Less than a year after entering Syria, in February 2014, Russia launched its initial invasion into Ukraine targeting Crimea and the Donbas. Encountering little resistance, Russia stepped up its campaign in Syria, where in September 2015 Putin ordered airstrikes to rescue his embattled ally Assad. Of course Putin declared that these were “preventitive” measures, necessary to “destroy militants and terrorists on the territories that they already occupy, not wait for them to come to our house”. The same rhetoric is now used to justify the assault on Ukraine, another preventative war according to Putin, but this time a campaign of “denazification” and “demilitarisation”.
Play the full sequence out from 2013 to the present and Russia’s arrival as a “peacekeeper” in the Syrian war, becomes the first step in a series of expansionist military interventions that led to the invasion of Ukraine last month. The experience in Syria, which intensified after 2015, provided the Russian military with “priceless combat experience”, according to the Chief of the Russian General Staff, General Valery Gerasimov. Russia’s repeated attacks on anti-government rebels and Syrian civilians gave its military the chance to test out “more than 320 types of different weapons” Russian Defence Minister Sergei Shoigu bragged last year.
While Ukraine’s relationship with the US is far stronger than American ties to Syrian rebel groups, there are parallels. Washington has been dangling Nato membership in front of Kyiv for more than a decade, despite having no intention of ever bringing Ukraine into the alliance. The coy approach to Nato membership, in which no concrete steps were taken but the offer was never taken off the table, appeared to provide Ukraine’s political leadership with a symbolic chip to play while putting Moscow on the defensive. That strategy has backfired, as Ukraine’s President Volodymyr Zelenskyy recently acknowledged in an interview in which he said that Nato leaders told him directly, “you’re not going to be a Nato member, but publicly, the doors will remain open”. This in-between status had set the stage for Russia’s invasion, Zelenskyy said.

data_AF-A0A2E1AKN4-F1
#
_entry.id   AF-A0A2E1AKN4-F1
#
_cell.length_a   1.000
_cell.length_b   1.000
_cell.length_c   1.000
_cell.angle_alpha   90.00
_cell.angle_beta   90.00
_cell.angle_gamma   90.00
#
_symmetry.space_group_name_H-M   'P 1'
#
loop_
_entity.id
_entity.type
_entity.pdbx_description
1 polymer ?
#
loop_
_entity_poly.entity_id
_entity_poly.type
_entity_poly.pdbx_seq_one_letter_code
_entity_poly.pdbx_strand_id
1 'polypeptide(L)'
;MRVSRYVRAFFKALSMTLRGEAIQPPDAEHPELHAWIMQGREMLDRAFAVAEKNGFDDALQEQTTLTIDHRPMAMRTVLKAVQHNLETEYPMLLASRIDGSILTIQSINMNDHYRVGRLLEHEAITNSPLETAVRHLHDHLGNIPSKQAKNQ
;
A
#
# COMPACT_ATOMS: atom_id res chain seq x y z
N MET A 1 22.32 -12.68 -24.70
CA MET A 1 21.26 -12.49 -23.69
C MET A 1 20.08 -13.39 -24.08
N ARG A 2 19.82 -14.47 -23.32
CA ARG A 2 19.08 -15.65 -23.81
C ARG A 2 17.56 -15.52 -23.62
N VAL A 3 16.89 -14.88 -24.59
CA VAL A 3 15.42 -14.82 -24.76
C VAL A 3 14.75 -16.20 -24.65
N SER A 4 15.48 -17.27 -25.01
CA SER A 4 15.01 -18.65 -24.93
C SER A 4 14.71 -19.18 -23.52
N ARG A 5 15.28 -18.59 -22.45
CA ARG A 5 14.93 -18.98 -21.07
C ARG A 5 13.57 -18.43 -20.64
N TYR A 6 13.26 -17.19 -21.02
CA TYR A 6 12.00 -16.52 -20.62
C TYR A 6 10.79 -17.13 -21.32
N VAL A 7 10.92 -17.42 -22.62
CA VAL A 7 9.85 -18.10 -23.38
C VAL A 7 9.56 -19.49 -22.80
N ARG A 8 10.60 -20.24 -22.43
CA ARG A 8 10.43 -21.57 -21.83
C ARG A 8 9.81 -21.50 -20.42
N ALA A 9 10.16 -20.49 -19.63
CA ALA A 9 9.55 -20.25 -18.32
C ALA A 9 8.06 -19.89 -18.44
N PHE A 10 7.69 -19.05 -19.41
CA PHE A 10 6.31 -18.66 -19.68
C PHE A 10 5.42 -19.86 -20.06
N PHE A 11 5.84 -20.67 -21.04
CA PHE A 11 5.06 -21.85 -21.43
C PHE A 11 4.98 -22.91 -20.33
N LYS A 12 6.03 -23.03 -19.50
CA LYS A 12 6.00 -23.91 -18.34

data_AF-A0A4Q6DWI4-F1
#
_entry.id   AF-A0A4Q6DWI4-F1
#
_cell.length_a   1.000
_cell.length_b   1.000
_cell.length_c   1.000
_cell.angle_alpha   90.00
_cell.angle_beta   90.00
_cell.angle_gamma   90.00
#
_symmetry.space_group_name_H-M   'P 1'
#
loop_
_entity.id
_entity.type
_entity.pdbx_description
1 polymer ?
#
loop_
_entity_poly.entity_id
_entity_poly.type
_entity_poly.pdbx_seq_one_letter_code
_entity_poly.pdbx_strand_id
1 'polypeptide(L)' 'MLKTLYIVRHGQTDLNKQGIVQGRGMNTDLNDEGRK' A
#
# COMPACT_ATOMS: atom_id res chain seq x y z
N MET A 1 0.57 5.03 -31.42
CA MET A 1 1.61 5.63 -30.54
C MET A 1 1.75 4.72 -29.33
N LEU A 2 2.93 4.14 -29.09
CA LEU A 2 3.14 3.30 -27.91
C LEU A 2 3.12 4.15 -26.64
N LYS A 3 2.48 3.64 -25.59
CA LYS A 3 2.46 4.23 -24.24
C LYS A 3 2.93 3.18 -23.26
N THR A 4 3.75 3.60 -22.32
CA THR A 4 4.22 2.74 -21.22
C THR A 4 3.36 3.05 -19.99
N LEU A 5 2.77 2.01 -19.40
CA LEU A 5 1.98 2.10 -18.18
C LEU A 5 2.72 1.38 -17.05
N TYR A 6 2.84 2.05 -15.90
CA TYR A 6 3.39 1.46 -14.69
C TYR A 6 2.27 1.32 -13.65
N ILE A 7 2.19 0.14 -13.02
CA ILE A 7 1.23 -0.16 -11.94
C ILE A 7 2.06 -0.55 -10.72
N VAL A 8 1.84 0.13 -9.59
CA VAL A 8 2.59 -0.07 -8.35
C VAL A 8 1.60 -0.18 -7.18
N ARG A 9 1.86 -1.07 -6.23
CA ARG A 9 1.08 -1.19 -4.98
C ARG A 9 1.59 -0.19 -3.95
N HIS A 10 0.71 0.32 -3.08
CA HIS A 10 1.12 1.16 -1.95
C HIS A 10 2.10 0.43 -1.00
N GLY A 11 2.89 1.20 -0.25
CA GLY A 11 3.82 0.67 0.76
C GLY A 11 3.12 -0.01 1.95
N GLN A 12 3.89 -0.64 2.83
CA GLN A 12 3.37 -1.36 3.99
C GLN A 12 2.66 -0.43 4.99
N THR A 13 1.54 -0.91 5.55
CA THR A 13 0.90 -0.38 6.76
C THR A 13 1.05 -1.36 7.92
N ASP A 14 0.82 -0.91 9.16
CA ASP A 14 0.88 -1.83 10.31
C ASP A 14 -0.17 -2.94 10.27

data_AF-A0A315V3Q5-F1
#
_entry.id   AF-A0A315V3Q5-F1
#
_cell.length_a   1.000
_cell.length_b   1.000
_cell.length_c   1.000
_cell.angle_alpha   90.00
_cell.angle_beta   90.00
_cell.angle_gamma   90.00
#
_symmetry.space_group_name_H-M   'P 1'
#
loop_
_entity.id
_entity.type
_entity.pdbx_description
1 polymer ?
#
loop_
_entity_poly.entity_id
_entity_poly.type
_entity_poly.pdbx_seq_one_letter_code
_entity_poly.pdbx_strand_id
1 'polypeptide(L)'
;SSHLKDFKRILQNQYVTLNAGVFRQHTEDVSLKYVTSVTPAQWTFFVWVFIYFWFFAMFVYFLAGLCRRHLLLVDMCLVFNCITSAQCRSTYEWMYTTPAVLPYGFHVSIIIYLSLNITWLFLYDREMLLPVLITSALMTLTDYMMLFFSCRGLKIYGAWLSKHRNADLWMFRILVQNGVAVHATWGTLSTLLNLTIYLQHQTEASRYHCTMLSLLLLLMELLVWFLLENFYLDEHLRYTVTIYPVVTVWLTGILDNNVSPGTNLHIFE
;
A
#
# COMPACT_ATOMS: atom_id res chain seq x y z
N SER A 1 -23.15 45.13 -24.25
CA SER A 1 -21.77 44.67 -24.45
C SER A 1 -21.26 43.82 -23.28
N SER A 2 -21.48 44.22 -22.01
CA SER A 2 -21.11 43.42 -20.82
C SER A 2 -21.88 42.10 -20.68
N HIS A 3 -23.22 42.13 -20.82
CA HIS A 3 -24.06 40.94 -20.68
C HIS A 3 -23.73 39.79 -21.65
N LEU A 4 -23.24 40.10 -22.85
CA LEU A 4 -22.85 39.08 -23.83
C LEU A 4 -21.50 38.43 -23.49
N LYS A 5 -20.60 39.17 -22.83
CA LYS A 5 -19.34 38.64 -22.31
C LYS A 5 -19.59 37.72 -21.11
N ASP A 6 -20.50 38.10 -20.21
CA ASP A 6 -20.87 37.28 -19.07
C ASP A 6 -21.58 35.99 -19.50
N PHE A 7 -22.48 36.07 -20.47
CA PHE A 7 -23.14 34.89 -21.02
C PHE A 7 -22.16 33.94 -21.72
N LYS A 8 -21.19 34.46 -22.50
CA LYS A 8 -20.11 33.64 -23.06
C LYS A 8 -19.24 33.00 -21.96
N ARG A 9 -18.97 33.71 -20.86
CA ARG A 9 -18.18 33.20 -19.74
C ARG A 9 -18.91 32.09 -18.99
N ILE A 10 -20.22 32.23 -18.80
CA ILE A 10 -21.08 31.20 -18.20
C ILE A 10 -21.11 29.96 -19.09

As deals such as the Nord Stream II pipeline — hence Europe’s energy dependency on Moscow — made the limits of the West’s commitments to Ukraine clear, the gamesmanship over Nato helped shift Putin onto the offensive in his pursuit of restoring a “Greater Russia”. In a replay of Syria, the US aggravated a conflict in which it has no immediate security interests by making promises it had no intention of keeping, causing Ukraine to dangerously overestimate the level of support it could count on in the event of a Russian attack. And once again, as the Biden administration tries to revive the Obama nuclear deal with Iran, Washington is using the same diplomatic doublespeak, sanctioning Russia for its role in Ukraine and warning about chemical weapons, while simultaneously offering the Russians sanctions relief to support the new Iran deal.
Meanwhile, foreign fighters are arriving to support both sides of the conflict. Ukrainian officials put the number of volunteers who had arrived in the country at 20,000 by the second week of March. Russia appears to be following the playbook used by Iran when it imported thousands of fighters from Hezbollah, and other Iranian-backed militias including the Fatemiyoun Army, made up of Shia ethnic Hazaras from Afghanistan, into Syria. Last Sunday, Chechnya’s Putin-loyalist authoritarian leader, Ramzan Kadyrov, posted a message online saying that he was in Ukraine and claiming to have deployed 10,000 Chechens soldiers to join him in the war there. There are additional reports, so far unconfirmed, of Russia hiring as many as 20,000 Syrian soldiers to fight Ukraine.
The numbers on both sides may be exaggerated, but thousands of foreigners pouring into Ukraine is one sign that the process of internationalisation that took years in Syria is happening now in mere weeks. As the conflict globalises it becomes harder to resolve — there are now many parties who feel they have a stake, instead of only two — and more susceptible to unpredictable escalations.